Magazine article The Spectator

Charles Moore: The Spectator's Notes

Magazine article The Spectator

Charles Moore: The Spectator's Notes

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This must be the worst reshuffle since Mrs Thatcher demoted Geoffrey Howe in 1989. Unlike that one, its errors are unforced. This year, David Cameron had established a surprisingly strong position as the leader whose unpopular but necessary policies were starting to work. He and his team seemed steadier and more able than their opponents. Now he has thrown that away with changes so large that he looks as if he disrespects what he has achieved. He has singled out for punishment those ministers who were brave and active -- most notably Michael Gove and Owen Paterson, demoting the first and sacking the second. Thus he emboldens all those pressure groups who hate the Tories and sends out a message that no one who wants a ministerial career should have a serious interest in his or her subject. He has also target-bombed his party's natural supporters -- rural voters, Eurosceptics, non-greens and people who are out of sympathy with his metropolitan preoccupations. He has dismissed the only two cabinet ministers (Paterson and the Welsh Secretary, David Jones) who voted against single-sex marriage. By getting rid of Paterson, in particular, he has turned his strongest cabinet bulwark against Ukip into a powerful enemy. Even his promotion of women, itself a welcome trend, is hypocritical, because no women have got nearer the beating heart (if one can apply that metaphor to such cynics) of this government. The dreary frivolity of it all has really surprised me.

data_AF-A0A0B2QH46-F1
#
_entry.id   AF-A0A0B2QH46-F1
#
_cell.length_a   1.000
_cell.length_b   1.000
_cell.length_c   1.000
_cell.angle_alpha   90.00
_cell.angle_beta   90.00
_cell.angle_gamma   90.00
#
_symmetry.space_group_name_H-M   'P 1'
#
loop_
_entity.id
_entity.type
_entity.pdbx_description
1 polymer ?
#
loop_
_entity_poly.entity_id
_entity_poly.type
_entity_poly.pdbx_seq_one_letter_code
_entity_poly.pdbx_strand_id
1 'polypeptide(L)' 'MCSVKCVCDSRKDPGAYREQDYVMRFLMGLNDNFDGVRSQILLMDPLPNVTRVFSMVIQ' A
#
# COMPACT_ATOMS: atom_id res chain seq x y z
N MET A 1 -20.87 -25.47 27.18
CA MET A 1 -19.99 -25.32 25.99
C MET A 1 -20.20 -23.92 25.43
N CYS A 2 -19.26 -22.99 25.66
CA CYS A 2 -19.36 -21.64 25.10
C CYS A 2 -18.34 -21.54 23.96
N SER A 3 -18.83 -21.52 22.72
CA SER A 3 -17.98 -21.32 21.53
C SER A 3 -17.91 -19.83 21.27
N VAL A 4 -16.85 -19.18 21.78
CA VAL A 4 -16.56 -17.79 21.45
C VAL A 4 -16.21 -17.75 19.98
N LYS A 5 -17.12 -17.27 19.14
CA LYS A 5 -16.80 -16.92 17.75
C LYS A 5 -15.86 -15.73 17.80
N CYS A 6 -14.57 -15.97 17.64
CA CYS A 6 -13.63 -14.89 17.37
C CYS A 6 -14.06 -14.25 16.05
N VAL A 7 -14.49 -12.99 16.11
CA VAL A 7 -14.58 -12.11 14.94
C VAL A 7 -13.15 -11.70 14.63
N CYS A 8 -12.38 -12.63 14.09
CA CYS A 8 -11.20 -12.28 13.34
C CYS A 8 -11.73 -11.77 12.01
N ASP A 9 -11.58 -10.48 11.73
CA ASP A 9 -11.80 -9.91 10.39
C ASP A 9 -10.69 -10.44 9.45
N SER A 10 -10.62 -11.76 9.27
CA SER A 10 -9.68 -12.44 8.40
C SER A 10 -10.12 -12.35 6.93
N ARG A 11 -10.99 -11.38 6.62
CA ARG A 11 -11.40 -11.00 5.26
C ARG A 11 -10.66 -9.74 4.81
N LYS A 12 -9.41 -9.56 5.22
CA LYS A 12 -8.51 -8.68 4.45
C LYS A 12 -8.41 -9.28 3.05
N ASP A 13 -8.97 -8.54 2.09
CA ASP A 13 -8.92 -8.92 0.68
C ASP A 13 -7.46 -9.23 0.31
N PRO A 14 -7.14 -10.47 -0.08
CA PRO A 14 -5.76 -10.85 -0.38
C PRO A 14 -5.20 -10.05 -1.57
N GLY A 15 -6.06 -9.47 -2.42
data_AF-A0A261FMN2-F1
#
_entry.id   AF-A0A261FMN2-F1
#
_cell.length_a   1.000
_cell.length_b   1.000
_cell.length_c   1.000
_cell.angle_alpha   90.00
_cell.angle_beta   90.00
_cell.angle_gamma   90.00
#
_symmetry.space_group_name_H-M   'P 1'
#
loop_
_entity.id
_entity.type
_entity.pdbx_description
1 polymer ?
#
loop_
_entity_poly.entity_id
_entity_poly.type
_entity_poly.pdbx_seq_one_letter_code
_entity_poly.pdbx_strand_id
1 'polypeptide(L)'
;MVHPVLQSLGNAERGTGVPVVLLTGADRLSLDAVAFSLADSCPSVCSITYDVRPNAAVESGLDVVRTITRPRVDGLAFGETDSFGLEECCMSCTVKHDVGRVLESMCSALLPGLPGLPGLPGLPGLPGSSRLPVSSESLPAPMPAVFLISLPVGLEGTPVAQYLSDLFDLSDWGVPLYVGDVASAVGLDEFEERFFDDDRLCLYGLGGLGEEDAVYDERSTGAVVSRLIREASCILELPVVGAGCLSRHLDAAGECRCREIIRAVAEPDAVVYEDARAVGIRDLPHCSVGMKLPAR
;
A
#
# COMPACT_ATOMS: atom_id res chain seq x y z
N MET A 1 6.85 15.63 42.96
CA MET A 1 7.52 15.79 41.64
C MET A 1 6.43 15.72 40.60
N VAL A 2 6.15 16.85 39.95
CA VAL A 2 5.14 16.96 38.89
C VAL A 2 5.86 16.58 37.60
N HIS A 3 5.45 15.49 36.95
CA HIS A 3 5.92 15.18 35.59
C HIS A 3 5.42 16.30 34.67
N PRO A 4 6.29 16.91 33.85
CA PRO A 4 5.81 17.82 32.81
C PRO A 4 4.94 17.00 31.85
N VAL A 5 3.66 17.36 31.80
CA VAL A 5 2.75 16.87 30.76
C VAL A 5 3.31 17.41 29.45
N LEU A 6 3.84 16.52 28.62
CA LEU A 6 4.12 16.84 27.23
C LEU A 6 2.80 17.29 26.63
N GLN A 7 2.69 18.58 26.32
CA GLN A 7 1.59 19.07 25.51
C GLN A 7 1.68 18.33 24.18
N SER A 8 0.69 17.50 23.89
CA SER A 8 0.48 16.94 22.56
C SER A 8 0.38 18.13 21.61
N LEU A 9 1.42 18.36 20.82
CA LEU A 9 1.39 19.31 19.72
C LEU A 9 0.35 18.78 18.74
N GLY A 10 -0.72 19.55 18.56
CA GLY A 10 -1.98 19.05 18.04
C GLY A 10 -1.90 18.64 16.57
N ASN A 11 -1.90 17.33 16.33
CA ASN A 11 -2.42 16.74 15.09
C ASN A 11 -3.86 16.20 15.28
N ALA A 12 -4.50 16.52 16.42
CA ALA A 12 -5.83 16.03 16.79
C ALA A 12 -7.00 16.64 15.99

It is one of the strangest things about human nature that if something really disgusts us, we lose our sense of justice. We so want to punish the wrong that we don't care whom we punish. A friend of mine was once on a jury, and met a juror from another case having coffee in the Old Bailey. A horrible child sex abuse case was going on somewhere else in the building. The juror said to my friend: 'If I were on that jury, when that defence counsel came on, I'd be deaf as a beetle.' And at the same time as we shut our ears to the need to prove guilt, we open them much too uncritically to those who love hurling accusations. There are now two new inquiries, and the resignation of the chairman of one of them before it has even started, but I am still waiting to hear any piece of actual evidence of a conspiracy to cover up paedophilia in the 1980s. People who usually despise MPs have decided to take very seriously the late, not-at-all serious Geoffrey Dickens MP, who made accusations about which no one seems to know much. In 1918, an MP called Noel Pemberton-Billing 'revealed' that the 'Unseen Hand' of German power in Britain had collected a Black Book of 47,000 British sexual perverts, including child abusers, many of them in powerful positions. They were being blackmailed, he said, by the German secret service. (The Unseen Hand fantasy, by the way, was supported by the Times , the Daily Mail , the Daily Express and the famous fraudster Horatio Bottomley. …

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